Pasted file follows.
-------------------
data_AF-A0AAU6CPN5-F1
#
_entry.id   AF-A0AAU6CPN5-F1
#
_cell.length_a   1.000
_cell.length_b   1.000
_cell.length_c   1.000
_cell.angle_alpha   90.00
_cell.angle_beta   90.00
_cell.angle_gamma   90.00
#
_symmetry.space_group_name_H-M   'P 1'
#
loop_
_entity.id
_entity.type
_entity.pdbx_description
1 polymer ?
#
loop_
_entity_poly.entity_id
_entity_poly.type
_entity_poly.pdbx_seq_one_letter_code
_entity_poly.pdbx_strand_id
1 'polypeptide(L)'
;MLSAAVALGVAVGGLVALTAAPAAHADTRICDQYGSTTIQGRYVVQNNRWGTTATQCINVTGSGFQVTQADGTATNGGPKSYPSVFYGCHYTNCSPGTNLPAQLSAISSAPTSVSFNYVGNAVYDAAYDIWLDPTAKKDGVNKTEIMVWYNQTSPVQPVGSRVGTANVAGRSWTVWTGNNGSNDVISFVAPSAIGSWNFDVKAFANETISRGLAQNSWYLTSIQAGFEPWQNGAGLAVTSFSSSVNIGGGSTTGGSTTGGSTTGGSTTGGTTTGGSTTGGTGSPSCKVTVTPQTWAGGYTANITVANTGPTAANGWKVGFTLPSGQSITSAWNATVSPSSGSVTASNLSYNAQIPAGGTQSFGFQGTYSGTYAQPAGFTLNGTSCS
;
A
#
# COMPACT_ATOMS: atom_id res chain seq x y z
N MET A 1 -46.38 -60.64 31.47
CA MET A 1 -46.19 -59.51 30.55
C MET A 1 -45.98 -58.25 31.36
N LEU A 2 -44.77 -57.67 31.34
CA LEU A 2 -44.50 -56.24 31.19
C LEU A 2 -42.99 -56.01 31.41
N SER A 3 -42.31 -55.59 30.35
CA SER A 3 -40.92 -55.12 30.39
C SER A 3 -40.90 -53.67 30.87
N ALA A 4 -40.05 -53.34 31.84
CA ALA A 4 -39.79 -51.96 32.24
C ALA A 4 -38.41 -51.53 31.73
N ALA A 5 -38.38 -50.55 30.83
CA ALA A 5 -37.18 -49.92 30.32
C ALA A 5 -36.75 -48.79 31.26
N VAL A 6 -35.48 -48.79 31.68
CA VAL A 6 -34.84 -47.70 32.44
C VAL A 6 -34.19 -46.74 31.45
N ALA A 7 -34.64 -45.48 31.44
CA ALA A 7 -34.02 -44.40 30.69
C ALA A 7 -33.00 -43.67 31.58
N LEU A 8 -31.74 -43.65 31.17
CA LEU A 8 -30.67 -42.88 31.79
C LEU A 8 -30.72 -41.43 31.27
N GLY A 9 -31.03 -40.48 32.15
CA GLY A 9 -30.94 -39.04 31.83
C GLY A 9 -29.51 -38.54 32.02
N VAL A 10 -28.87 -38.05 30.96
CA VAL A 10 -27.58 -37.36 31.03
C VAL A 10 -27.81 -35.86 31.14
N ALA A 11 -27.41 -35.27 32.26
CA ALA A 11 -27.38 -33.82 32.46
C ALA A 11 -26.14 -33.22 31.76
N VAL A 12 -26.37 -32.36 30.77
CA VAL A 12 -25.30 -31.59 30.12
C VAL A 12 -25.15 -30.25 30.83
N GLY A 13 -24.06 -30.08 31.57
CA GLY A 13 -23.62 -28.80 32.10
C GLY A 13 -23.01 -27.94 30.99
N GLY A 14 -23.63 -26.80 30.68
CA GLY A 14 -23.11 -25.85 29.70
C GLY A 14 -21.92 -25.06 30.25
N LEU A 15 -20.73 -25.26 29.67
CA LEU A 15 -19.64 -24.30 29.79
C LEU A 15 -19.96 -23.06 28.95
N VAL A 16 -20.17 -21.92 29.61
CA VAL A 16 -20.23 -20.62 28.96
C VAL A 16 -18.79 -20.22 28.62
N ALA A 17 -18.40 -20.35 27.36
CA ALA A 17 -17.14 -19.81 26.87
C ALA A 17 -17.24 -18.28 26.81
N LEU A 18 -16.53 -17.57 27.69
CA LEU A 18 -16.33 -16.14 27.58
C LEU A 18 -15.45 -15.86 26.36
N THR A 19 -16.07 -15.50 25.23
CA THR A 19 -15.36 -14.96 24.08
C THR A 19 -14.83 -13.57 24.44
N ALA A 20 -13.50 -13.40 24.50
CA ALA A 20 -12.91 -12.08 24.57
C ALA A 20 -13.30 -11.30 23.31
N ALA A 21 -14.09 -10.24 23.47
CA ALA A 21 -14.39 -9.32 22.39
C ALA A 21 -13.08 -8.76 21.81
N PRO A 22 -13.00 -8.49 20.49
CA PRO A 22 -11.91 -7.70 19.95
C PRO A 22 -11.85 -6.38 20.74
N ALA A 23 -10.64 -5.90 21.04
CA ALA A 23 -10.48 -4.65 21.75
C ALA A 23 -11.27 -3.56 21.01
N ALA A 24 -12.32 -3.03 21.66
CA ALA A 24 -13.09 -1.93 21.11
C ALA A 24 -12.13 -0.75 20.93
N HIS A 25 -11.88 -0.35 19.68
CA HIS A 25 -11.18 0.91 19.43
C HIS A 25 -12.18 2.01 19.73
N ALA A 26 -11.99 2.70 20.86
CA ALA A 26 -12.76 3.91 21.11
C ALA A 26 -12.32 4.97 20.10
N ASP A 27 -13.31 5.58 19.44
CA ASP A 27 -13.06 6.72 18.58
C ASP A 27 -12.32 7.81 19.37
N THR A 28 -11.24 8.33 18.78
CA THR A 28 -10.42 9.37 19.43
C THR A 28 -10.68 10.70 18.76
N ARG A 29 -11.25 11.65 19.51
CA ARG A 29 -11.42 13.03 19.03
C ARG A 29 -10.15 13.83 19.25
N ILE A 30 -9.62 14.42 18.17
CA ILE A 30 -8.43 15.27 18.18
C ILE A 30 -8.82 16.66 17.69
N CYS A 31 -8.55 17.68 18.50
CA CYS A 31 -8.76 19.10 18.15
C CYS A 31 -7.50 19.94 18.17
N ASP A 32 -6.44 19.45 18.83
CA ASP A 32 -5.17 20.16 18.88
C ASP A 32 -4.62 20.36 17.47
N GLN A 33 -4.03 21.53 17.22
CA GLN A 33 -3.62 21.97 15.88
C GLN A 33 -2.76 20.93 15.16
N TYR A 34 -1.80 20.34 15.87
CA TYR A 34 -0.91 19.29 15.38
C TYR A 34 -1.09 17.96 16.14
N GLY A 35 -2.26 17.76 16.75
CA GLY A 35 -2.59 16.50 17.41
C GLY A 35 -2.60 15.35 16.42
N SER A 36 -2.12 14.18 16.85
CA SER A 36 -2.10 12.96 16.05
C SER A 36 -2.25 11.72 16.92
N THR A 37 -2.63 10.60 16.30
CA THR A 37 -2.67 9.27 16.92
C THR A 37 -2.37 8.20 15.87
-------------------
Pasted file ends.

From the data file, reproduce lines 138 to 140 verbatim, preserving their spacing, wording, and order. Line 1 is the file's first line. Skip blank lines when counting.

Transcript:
C SER A 36 -2.25 11.72 16.92
N THR A 37 -2.63 10.60 16.30
CA THR A 37 -2.67 9.27 16.92